Wednesday, September 29, 2010

Getting Back on That Horse…

After promising this blog topic, I received a Facebook comment asking how many times one should get back on before giving up.  Another friend said at least 100.

While I've used the "get back on that horse" metaphor a number of times in this blog, I'm here to say that I've got some new clarity on that metaphor.

It may have be based on the fact I broke Sue's fence rail with my head…

Regardless, my new vision on that is this:  "It depends."

Believe it or not, I'm not going to say you always have to get back on.  At least not right away.

The Story

Here's what happened in Real Life:

My Mom and her best friend had come all the way out to Oakham to visit me and my horse.  I was overly excited, especially after a fabulous weekend of Calico being a total angel.  I was also more than a little nervous because I realllly wanted to show off for my mom.  "Look how cool I am!  Look how great my horse is!  You don't have to worry so much about us."

You see where this is going?

In any case, my thought was just to hop on her, bareback, and walk once around the ring.

I may also want to mention here that it was drizzling out.  And while lunging her, I could tell she was NOT in a good mood.  And I knew I was nervous and overexcited.

In any case, I walked her over to the mounting stairs, proudly climbed and plopped on her back, slipped, freaked, and she started.  I fell… right into Sue's fence.

Still shaken, my stubborn side decided I needed to prove that this could be done.

I was humble enough to let Mom's friend hold Calico this time.

Mounting was uneventful.  We walked around the ring, and I was set to dismount.  I lost my balance yet again, but instead of letting myself fall, I panicked and grabbed Cali's neck.  Yeah… stupid.  She freaked at my grab and rather than fall, I kind of flew.

Needless to say, my mom was all worked up and made me swear I'd call her every single night this week.

The Lesson

If I had stopped and took a good assessment of the situation, I wouldn't have gotten on Cali's back at all.  It was a crappy day, I was tired, and she was grumpy.  Oh, and I'm barely a beginner when it comes to riding.

Getting on a second time was an even worse idea.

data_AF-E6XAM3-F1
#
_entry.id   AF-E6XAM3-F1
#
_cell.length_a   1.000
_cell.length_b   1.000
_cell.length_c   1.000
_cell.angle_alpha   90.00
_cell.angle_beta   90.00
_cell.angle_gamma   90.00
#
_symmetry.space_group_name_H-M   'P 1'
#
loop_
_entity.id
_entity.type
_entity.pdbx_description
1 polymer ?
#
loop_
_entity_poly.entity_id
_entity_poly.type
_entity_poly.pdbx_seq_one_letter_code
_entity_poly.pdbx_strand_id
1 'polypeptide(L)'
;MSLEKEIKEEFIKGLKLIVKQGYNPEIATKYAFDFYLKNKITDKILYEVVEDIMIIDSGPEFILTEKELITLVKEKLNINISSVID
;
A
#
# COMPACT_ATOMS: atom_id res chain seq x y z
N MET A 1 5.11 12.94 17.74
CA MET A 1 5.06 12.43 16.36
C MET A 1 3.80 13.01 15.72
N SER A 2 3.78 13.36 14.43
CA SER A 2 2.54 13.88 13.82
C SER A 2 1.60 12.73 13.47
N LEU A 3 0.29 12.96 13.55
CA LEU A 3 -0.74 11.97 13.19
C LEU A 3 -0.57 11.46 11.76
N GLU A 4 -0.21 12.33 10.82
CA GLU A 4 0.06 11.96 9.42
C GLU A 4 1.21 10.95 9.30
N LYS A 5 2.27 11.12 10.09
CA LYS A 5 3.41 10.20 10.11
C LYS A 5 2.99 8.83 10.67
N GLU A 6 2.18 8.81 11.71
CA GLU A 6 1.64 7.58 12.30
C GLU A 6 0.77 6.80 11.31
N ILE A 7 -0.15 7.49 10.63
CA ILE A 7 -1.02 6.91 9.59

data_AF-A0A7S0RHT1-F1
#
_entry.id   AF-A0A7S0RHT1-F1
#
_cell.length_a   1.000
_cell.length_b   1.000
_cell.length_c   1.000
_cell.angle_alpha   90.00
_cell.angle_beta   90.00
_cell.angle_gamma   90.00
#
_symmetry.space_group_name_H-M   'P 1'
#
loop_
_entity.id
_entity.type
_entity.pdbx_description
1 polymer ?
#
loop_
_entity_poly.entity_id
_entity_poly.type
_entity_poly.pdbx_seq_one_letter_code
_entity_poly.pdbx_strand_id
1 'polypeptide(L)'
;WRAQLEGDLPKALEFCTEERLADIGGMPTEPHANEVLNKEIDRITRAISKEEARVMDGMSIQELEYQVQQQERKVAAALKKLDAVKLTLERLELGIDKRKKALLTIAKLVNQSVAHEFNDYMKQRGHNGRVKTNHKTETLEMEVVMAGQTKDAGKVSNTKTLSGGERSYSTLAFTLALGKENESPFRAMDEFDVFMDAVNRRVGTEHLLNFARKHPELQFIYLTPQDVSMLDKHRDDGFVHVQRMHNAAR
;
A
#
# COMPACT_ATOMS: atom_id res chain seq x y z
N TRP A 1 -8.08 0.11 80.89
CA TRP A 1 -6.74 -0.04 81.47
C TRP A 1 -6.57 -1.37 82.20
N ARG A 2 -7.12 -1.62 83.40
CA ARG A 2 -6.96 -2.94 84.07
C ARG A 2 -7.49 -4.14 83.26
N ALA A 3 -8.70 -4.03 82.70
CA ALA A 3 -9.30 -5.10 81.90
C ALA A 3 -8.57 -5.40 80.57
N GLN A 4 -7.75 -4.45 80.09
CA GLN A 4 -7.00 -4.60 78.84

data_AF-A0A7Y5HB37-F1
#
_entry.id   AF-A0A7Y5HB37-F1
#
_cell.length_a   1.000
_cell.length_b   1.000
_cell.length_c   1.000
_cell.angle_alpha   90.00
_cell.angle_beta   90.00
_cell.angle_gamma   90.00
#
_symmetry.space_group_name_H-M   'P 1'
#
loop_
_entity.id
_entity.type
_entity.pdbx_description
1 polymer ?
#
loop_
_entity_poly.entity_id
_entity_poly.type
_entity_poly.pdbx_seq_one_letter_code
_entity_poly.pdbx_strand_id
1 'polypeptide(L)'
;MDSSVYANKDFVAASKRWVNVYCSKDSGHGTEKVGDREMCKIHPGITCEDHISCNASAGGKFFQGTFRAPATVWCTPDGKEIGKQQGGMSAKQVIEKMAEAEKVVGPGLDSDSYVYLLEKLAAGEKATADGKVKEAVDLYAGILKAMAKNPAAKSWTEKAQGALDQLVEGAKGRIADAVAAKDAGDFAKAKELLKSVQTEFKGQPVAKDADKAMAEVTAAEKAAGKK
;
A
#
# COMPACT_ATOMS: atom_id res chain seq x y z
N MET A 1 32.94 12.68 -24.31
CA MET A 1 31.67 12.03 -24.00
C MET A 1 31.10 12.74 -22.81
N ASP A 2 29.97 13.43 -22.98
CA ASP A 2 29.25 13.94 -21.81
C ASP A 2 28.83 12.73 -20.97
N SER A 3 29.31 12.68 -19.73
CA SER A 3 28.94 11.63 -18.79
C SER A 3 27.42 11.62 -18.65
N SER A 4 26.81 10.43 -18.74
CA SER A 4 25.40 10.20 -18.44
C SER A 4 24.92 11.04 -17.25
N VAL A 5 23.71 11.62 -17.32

I have a good relationship with my Mom.  She was just happy to have seen me and my horse; I really had nothing to prove.  But people do stupid things.  (And animals want to know WTF we are thinking.)

Now, if I was on a trail, I'd have to get back on and deal.  That's just the situation.  There's a need to do that, and I've done it before (a few times).  In this case, there was no need and the effect was just spooking my poor horse (who did, by the way, stop and make sure I was ok both times) and hurting myself.

Know yourself; know your situation; decide accordingly.

Applied to writing?

Some days writing just sucks.  You can physically make yourself sick (I know, I have) trying to get something down.  Anything!

If you're writing on spec (i.e. you don't have a deadline for which someone has given/promised you money to complete by), maybe you don't need to get on THAT horse right now.  Maybe you just need to walk it out, outline, let it ruminate a little.  Try getting back on another day.

Note the last sentence.  Try getting back on another day.  Don't quit forever.  I'll be getting back on Calico again, in a situation where I'm better prepared and have a trainer or trusty horseperson with me. 

The danger in giving yourself time after you fall off is that your brain develops a fear of going back.  It's a common problem… even in horse training.  That's why you always end a training session with something positive.  After my second fall, I walked her and gave her a good rub-down/massage.  Too often, writers will say they can't do it, they have writers block, and they say that EVERY DAY THEREAFTER because they are afraid of the situation, of the story, of what might or might not happen.

I was back out at the barn today.  We did some ground work and started building our relationship again.  In a week and a half, I've got a trainer coming and I'll hop back on her then.  The project and relationship is not at a dead end.  I just needed to step back.

With writing, it's a relationship with the Work In Progress.  At any time, I've got 3-4 WIPs, so if I'm stuck on one, I write on another.  I also can go back and do some character profiling, or outlining, or research (like learning how one does, in fact, deal with kelpies).  Just because I can't pump out words doesn't mean I have to not work on something, or that it's dead in the water. 

Maybe I don't feel like hopping on Calico right away - at least not without some help - but it doesn't mean I can't work with her.  It doesn't mean I won't ever try riding her again.  That would be awful!  Think of everything I'd miss - trail rides, the feel of riding, the bonding.

With a story, think of what you're missing by not riding it out.  What adventures won't happen?  What characters will you never meet or love?  What emotions will you never explore?  Take a breath, take a break, assess the situation - where you are, where your story is - and then take the next steps you need to take.  It may mean better outlining or slower plotting, but keep working with it, even in a reduced capacity.

Just remember, though, you don't always have to get right back on after a fall.  Sometimes it's okay to take a break… so that next time you're ready to get on your horse, you're better prepared for the adventure.


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